“These findings suggest that youth under probation supervision who have a history of TEE, or are currently experiencing TSS, are unlikely to be referred or connected to trauma-specific services by their JPO. Given that youth rarely seek care on their own, such youth are unlikely to receive the potential benefits of trauma-specific assessment or treatment unless JPOs are able to identify trauma and develop case plans that support such referrals. These findings are generally consistent with previous research findings that JPOs are better able to identify externalizing symptoms (e.g., aggressive or delinquent behavior) than internalizing symptoms (e.g., sleep difficulties, negative mood, or PTSD). About 50% of JPOs included general mental health referrals in their case plans. This is a generally positive finding if it can be assumed that clinicians receiving that referral will accurately identify the specific mental health problems contributing to delinquent behavior. However, a generic mental health recommendation, in the presence of specific information about trauma-related symptoms, provides little guarantee that these symptoms will either be further evaluated or effectively treated. The purpose of rating responsivity factors on the YLS/CMI is to ensure that case planning and service referrals are properly informed and targeted. Thus, the fact that almost 30% of the current sample did not utilize the responsivity section of the YLS/CMI indicates that JPOs prioritize criminogenic needs over responsivity factors in case planning” (p. 381).
“Taken together, these findings suggest that JPOs may feel more comfortable deferring to clinicians to confirm a diagnosis and provide guidance as to how mental health information in general, and trauma information in particular, should guide case management practices. However, the relative lack of case plan strategies specifically targeting trauma in the presence of TEE and TSS is problematic; youth with this history will not be identified for further trauma screening and assessment, which represents a missed opportunity to link trauma-exposed youth to appropriate treatment services. This finding also has implications for JPOs’ role as gateway providers to mental health care among justice-involved youth with mental health concerns. For example, a recent study found that when justice-involved youth who screened positive for mental health concerns in juvenile detention were connected to mental health care, clients and their caregivers perceived their JPO as playing a gatekeeper role in their connection to care. Additionally,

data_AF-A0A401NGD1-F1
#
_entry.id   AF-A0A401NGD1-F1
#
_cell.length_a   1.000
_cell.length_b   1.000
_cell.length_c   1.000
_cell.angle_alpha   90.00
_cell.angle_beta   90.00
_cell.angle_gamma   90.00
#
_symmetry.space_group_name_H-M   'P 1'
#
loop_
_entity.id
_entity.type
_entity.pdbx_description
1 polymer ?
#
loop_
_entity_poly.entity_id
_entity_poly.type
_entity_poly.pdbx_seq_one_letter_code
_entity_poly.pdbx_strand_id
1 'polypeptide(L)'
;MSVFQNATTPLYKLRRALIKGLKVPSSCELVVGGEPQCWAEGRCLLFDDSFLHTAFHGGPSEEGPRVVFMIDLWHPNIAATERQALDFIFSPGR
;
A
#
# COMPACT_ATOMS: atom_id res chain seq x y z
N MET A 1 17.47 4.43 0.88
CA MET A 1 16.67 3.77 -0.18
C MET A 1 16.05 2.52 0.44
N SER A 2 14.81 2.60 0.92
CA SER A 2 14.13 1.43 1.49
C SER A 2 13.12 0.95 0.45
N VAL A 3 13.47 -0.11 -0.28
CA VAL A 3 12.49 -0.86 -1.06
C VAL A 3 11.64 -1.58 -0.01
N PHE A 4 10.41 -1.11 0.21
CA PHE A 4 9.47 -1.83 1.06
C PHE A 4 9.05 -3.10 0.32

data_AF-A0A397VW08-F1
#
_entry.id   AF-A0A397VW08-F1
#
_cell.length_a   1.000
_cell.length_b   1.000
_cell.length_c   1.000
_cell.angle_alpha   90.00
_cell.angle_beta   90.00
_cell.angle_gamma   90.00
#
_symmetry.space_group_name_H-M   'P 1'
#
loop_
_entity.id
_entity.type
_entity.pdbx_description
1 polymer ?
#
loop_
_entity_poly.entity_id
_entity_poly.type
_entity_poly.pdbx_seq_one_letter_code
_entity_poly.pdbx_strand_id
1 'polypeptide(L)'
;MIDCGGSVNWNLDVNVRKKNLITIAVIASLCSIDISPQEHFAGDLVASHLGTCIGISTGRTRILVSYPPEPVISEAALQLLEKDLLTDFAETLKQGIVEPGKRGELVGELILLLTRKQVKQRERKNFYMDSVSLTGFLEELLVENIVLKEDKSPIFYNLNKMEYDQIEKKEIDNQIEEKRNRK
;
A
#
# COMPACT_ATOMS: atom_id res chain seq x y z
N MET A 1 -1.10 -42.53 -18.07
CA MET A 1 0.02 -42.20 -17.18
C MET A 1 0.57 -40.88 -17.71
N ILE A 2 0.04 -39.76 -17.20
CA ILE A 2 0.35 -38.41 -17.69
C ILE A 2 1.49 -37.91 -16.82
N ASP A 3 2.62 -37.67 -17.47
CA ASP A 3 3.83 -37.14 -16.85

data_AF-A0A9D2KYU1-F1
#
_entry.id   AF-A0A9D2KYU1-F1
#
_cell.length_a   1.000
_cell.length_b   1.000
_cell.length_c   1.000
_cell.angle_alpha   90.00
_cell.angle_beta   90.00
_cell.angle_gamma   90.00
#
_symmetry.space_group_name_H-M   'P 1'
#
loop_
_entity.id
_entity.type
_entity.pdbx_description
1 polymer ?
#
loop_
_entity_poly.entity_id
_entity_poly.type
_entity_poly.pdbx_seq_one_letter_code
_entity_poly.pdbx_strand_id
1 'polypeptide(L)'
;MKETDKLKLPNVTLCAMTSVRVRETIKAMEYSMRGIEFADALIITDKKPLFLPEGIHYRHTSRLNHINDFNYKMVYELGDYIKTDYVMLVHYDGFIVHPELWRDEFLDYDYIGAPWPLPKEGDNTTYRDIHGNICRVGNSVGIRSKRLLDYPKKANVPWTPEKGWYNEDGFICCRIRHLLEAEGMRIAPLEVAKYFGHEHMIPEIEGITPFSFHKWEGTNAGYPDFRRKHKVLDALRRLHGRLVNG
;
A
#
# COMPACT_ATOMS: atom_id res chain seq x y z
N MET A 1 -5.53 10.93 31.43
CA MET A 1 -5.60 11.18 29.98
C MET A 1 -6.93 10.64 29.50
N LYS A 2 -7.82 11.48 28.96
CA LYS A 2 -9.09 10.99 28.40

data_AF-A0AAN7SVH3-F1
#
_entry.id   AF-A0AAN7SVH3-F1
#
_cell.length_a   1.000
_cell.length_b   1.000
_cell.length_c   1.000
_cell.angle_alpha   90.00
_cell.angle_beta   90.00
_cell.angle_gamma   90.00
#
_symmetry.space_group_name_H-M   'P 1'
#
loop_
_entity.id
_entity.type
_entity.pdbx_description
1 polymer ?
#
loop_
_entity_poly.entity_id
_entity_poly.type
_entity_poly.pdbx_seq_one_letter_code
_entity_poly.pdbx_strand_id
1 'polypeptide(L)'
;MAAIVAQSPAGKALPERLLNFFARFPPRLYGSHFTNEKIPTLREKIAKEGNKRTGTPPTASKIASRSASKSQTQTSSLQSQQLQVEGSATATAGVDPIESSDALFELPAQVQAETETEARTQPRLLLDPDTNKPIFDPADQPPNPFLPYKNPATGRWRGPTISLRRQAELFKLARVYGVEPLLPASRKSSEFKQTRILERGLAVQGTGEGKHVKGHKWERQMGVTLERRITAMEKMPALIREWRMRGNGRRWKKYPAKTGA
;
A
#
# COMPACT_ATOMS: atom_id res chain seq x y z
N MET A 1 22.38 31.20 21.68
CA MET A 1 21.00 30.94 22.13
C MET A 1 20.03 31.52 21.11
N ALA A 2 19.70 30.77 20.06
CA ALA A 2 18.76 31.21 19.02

recent findings suggest that receipt of mental health treatment is associated with addressing more criminogenic needs, and when case plans addressed both areas, recidivism rates were lower compared with youth with only one or neither area addressed. These findings underscore the importance of identifying and targeting mental health-based specific responsivity factors on case plans and connecting youth to appropriately matched services” (p. 381).
Other Interesting Tidbits for Researchers and Clinicians
“Future research should examine how JPOs consider the relevance of mental health-related specific responsivity factors. It is possible that JPO orientation, whether JPOs see their role as being more aligned with law enforcement or rehabilitation efforts, impacts identification of mental health difficulties and prioritizing this information on case plans. Regardless of orientation, evidence suggests that JPOs who do not feel competent to address mental health concerns with youth on their caseload may be less likely to use strategies associated with treatment” (p. 381).
Join the Discussion
As always, please join the discussion below if you have thoughts or comments to add!
Authored by Amanda Beltrani
Amanda Beltrani is a current doctoral student at Fairleigh Dickinson University. Her professional interests include forensic assessments, professional decision making, and cognitive biases.